Employee Returns: Linking HR Performance Indicators to Business Strategy

Journal of European Industrial Training

ISSN: 0309-0590

Article publication date: 1 August 2000




(2000), "Employee Returns: Linking HR Performance Indicators to Business Strategy", Journal of European Industrial Training, Vol. 24 No. 6. https://doi.org/10.1108/jeit.2000.00324fae.001



Emerald Group Publishing Limited

Copyright © 2000, MCB UP Limited

Employee Returns: Linking HR Performance Indicators to Business Strategy

Employee Returns: Linking HR Performance Indicators to Business Strategy

Alison Carter and Dilys RobinsonInstitute for Employment Studies (IES), Report 3652000ISBN 1 85184 295 0£19.95(The report may be purchased from Grantham Book Services Ltd, Isaac Newton Way, Alma Park Industrial Estate, Grantham NG31 9SD. Tel: 01476 541080; Fax: 01476 541061.)Keywords Performance, Effectiveness, Employees

Why are HR professionals so shy of selling indicators that relate to people and their performance, and of defending their use to senior managers? People indicators have as much validity as their financial counterparts, and can be used by HR professionals as their contribution towards the measurement of how well the organisation is doing in relation to its strategic goals.

This IES guide for HR practitioners provides ideas and tools to help them get to grips with measuring the effectiveness of management and employee performance across their organisations.

Rather than attempting to measure everything they do, HR functions should adopt more considered and focused approaches to measurement. Measuring everything in sight can result in leaving no strategically relevant measurements visible.

There is no single prescription for all organisations. Different aspects of people management and performance are key to different businesses. For example, a high tech (or any) company may aim to succeed in its niche market by continuously bringing better products, product applications and after-sales services to its customers (i.e. through innovation). It therefore needs its managers to create an environment that is conducive to team-based achievements and encourages creativity. It will need to pay above-market rates to attract good people. Two priority HR measures will be to test how supported individuals feel in taking risks, and to assess the equity of the organisation's internal reward systems.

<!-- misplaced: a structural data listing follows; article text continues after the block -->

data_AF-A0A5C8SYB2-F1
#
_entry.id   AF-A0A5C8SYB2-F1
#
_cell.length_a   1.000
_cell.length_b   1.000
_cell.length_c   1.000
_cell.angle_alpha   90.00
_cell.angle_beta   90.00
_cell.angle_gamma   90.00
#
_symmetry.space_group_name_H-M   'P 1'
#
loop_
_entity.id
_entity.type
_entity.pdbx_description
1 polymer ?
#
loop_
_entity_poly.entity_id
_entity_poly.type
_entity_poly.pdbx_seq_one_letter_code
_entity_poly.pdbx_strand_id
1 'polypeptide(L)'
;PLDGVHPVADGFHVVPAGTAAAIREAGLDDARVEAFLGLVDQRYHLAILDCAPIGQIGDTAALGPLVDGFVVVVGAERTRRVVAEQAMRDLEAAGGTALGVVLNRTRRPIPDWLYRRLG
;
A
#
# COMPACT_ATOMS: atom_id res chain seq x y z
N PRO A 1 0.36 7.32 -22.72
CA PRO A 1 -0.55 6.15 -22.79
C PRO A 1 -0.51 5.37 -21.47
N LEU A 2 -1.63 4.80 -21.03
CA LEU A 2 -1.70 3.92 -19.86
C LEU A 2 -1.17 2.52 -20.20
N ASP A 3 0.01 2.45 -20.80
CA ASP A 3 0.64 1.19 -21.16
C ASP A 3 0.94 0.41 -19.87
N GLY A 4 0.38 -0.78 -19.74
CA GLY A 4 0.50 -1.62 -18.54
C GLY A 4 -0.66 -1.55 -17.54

However, an organisation whose existence depends on cost reduction, efficiency and fast results regularly needs to analyse and tie down to external pay rates, and orient appraisal towards short-term results. Its retention focus will be on the most efficient employees, not the risk-taking innovators.

Attitude surveys can indicate the value that HR policies can add to employee behaviours of most benefit to the organisation. Hard statistics, together with soft measures such as employee commitment and customer satisfaction, can be combined with financial indicators in a "balanced scorecard", which can be used to measure an organisation's true performance.

HR professionals need to understand their own "value chain" of specific processes that contribute to their organisation's success. They can then define which key HR objectives provide indicators with strategic value. Presenting these confidently in the knowledge that they understand how, where and why they fit into business strategy will go a long way to raising the profile of HR.

This guide outlines business strategy issues in a straightforward way. It includes practical tools for presenting, calculating and analysing indicators; briefings on defining hard indicators and deriving indicators of satisfaction and commitment.

Related articles